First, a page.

Mark Berry June 8, 2011
I have a DRAC 5 in a Dell PowerEdge 2900. It was working fine on firmware version 1.51, but I was doing some other server updates so decided to update the DRAC firmware as well.
I downloaded the Windows install package for DRAC firmware version 1.60. The first install failed (because I had an open connection to the DRAC web interface from a browser?), so I ran the update again. This time it succeeded, and although it didn’t ask me to, I rebooted the server.
Unfortunately, I was no longer able to connect to the DRAC from a browser using the custom HTTPS port that I had configured. I tried the default port (443) and got to the login screen, but after entering credentials, it would redirect to the custom port and be unable to connect. It’s like the port configuration was only half effective.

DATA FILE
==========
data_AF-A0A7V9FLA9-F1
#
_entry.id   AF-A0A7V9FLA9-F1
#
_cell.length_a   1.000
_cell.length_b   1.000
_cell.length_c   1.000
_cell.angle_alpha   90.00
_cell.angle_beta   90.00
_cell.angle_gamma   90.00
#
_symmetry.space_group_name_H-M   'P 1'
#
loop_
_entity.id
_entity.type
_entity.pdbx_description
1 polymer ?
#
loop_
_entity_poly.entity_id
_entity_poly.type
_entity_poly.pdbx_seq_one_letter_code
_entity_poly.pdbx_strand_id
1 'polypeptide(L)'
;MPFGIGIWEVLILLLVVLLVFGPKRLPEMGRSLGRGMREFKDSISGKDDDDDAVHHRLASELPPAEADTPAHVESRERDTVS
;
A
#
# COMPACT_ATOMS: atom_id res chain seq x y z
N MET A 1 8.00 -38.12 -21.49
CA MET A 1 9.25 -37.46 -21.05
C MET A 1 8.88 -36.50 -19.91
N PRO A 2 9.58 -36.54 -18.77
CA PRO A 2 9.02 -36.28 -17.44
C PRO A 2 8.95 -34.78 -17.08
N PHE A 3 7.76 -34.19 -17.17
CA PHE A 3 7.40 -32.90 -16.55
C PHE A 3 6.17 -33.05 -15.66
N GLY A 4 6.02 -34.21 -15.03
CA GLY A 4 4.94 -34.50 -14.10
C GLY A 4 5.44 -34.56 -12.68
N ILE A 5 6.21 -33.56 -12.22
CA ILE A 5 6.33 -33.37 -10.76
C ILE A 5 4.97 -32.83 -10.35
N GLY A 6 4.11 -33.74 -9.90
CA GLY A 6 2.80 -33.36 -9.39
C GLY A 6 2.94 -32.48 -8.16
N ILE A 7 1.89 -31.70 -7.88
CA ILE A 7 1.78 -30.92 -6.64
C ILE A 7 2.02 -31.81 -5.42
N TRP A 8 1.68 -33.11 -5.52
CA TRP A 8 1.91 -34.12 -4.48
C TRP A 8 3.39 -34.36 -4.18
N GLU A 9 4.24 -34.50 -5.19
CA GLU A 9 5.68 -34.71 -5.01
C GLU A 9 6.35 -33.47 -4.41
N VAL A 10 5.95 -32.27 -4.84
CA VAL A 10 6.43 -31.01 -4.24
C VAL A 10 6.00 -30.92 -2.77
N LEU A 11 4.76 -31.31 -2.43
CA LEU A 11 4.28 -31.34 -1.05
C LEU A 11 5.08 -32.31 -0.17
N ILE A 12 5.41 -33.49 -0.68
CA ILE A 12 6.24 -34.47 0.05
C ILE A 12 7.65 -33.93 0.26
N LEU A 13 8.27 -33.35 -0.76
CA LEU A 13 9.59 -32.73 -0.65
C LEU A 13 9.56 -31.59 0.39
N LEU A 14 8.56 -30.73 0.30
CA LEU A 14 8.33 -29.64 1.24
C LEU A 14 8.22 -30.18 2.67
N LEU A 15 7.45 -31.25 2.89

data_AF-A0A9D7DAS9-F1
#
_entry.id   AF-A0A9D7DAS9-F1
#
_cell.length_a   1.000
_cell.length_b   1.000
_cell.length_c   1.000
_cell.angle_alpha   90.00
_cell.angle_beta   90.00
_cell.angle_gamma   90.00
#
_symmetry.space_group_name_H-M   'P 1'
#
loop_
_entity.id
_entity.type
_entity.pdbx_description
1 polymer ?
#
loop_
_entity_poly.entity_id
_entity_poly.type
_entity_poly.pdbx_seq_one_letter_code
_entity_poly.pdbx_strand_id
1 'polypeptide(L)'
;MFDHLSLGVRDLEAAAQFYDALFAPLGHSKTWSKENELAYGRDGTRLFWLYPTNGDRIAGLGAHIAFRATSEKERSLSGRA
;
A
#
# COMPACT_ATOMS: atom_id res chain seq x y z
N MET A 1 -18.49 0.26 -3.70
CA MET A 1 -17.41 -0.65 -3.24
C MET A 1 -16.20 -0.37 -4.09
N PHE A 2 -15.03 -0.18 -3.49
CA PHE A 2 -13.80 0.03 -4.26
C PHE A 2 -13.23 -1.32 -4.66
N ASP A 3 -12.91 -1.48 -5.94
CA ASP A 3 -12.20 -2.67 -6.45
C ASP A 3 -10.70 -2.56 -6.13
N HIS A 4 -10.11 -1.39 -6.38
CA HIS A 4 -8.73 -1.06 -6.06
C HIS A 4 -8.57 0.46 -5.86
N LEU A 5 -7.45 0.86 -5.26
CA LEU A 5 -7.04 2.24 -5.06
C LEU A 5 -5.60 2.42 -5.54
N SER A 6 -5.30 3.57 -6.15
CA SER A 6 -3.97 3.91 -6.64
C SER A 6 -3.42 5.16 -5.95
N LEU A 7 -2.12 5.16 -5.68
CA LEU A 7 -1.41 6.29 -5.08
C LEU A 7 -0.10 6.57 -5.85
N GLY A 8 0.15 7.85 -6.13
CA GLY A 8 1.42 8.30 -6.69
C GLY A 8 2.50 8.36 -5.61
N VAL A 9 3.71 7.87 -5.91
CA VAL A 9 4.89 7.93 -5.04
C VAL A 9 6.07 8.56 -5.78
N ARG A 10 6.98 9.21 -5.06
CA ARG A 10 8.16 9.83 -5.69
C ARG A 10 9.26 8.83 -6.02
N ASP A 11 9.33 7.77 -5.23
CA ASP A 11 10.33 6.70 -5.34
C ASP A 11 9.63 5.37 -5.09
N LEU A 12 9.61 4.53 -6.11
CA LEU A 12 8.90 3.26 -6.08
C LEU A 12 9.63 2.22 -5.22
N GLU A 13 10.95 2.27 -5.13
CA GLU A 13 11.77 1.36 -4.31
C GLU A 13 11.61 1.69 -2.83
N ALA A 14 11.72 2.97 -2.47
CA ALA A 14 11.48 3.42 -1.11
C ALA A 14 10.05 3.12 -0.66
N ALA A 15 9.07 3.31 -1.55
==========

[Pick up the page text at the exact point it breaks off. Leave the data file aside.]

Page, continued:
Finally I decided to return the DRAC to the factory default configuration to see if that at least worked. From a command prompt on the server, type:
Wait a minute and check the config:
This sets the DRAC back to the default IP of 192.168.0.120. You can use racadm to change that, or just log in to OpenManage on the server and go to System > Main System Chassis > Remote Access > Configuration tab > LAN > IPv4 Address.
You can also do a factory reset and adjust the IP address from the server console if you press Ctrl-E when prompted during bootup.
Sure enough, I was now able to access the DRAC web interface on the default port 443, using the default password of “calvin”.
To change the HTTPS port, from the DRAC web interface (not OpenManage), go to System > Remote Access > Configuration tab > Services > Web Server and change the HTTPS Port Number.
Don’t forget to set a custom password under System > Remote Access > Configuration tab > Users > “root” user.
It’s unclear whether the failed update caused this issue, or whether the firmware update itself does not fully retain the custom HTTPS address. At least the workaround is fairly straightforward. One lesson learned is to note down or print out the configuration before doing a firmware update, in case you have to do a factory reset to get back in business.